Yesterday, however, some lawyers for whom I was writing down arguments for an appeal suggested “greying it a bit” if we don’t seem to be in the right. I told them if we were to be in the wrong, it would be better to tell the client it’s over instead of running him into further costs and endangering our reputation. They said we’d talk about the technique later, I said ethics too… just in a semi-joking manner as not to offend them.

Hmm… perhaps I’m in the wrong line of work. They’ve been raising the judges’ salaries for a moment and those folks don’t need to share the point of view of whomever pays them.


#7

Well, in your line of work you’ll come across attorneys who are jerks and liars and you’ll come across 100% honest attorneys. If you’ve never seen Liar Liar, watch it to see how honesty can work in the court of law (I’m talking about one of the final scenes) and still not be fair and just. The thing with law is that you truly have to look at all angles, all the ins and outs and try to defend your client. It does not mean lying, but it means being EXTREMELY literal (as laws suggest). My dad’s a judge and has been a locally well known criminal defense attorney and prosecutor. I have other relatives who are also attorneys so I understand technicalities. Unfortunately, there are judges and jurys who don’t care b/c they just want someone to be guilty. While, I’m not saying to fight like them, you must be prepared to have to argue against lying jerks and unsympathetic judges who have no compassion for anyone.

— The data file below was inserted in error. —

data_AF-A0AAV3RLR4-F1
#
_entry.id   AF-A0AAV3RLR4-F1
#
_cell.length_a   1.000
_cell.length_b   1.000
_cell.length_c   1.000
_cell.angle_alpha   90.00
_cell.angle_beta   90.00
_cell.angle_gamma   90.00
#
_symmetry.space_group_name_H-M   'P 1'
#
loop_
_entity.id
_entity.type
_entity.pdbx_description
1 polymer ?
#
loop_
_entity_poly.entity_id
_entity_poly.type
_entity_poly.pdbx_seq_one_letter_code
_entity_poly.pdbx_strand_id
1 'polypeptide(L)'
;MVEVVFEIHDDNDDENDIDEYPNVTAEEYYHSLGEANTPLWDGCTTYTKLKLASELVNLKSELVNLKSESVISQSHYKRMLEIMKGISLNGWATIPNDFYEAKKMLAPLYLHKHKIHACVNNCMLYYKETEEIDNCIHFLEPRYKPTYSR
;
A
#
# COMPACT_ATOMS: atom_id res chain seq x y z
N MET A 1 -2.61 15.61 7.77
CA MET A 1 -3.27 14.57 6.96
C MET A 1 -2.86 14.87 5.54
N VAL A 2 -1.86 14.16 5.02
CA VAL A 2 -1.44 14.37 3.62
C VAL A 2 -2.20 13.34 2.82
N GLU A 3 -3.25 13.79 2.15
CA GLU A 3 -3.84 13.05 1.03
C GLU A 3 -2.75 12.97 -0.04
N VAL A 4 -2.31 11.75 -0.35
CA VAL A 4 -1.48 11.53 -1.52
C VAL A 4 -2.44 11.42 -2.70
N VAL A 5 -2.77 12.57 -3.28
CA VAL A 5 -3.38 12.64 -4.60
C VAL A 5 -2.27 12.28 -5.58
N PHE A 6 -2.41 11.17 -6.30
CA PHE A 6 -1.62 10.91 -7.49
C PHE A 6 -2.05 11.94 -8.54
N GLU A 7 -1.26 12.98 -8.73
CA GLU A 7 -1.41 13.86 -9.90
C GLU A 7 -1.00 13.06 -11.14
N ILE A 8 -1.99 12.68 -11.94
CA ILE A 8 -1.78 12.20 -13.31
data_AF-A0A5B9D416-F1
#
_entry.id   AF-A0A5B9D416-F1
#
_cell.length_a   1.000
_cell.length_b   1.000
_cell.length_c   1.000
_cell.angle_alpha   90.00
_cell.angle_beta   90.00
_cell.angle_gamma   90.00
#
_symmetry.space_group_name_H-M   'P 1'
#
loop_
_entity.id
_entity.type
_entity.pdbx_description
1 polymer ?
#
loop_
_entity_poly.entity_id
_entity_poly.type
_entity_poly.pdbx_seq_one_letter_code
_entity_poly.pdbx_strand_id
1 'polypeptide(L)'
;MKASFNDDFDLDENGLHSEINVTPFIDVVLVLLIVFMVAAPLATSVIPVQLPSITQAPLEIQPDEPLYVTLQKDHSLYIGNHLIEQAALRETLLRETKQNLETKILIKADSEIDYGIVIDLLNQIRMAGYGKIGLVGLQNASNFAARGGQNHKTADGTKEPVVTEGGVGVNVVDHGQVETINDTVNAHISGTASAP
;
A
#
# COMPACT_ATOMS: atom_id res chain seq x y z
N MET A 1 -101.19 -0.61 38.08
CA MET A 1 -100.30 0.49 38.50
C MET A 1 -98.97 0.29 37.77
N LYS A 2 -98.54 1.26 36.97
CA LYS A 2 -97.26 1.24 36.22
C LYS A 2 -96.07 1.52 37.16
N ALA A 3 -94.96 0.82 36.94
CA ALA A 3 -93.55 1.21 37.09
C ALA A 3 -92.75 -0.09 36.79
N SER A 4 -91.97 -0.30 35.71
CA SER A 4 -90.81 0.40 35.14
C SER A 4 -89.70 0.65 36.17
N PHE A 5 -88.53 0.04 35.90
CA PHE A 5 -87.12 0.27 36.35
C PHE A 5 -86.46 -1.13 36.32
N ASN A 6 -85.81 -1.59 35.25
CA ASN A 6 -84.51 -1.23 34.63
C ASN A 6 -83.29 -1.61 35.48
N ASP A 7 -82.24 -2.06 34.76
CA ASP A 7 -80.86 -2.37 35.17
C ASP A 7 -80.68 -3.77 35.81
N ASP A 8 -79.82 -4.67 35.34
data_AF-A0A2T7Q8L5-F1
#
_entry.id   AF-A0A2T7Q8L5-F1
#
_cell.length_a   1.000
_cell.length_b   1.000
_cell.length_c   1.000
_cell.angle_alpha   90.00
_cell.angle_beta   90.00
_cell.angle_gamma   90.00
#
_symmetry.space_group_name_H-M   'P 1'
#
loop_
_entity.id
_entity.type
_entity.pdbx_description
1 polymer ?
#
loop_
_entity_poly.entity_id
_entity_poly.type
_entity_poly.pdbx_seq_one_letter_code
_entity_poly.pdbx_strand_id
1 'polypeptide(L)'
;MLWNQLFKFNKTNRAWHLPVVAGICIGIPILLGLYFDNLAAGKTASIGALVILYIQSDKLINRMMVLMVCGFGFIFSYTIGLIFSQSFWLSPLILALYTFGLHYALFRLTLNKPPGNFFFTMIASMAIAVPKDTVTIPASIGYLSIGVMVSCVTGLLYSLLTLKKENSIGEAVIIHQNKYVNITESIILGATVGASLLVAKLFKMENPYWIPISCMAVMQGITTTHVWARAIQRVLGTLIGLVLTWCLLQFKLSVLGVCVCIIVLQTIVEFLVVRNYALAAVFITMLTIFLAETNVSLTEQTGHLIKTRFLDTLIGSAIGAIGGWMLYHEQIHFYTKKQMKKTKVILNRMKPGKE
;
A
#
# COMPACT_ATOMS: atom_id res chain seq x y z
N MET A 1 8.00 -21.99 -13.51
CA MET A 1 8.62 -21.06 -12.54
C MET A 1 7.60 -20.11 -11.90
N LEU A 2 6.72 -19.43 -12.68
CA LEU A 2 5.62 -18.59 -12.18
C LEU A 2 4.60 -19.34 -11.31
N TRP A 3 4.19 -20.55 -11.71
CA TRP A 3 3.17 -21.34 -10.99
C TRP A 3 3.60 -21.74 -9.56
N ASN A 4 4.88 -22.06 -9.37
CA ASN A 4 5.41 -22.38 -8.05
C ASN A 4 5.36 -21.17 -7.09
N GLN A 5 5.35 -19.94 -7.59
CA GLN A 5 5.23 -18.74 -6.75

#8

Well, my ethics are such that I don’t have problems bringing up anything real in defence of my client, as well as pushing forward such interpretations that favour him, but I do have problems with the idea of pushing forward such an interpretation that I don’t agree with on a doctrinal level (I’m a PhD student and a lot into theory), let alone lying or even reserving some vital information. Sometimes it saddens me that it can be a matter of the wording, such as using statements like, “… doesn’t exclude the interpretation that…,” or, “it may be argued that such an interpretation overlooks…” instead of pure indicatives.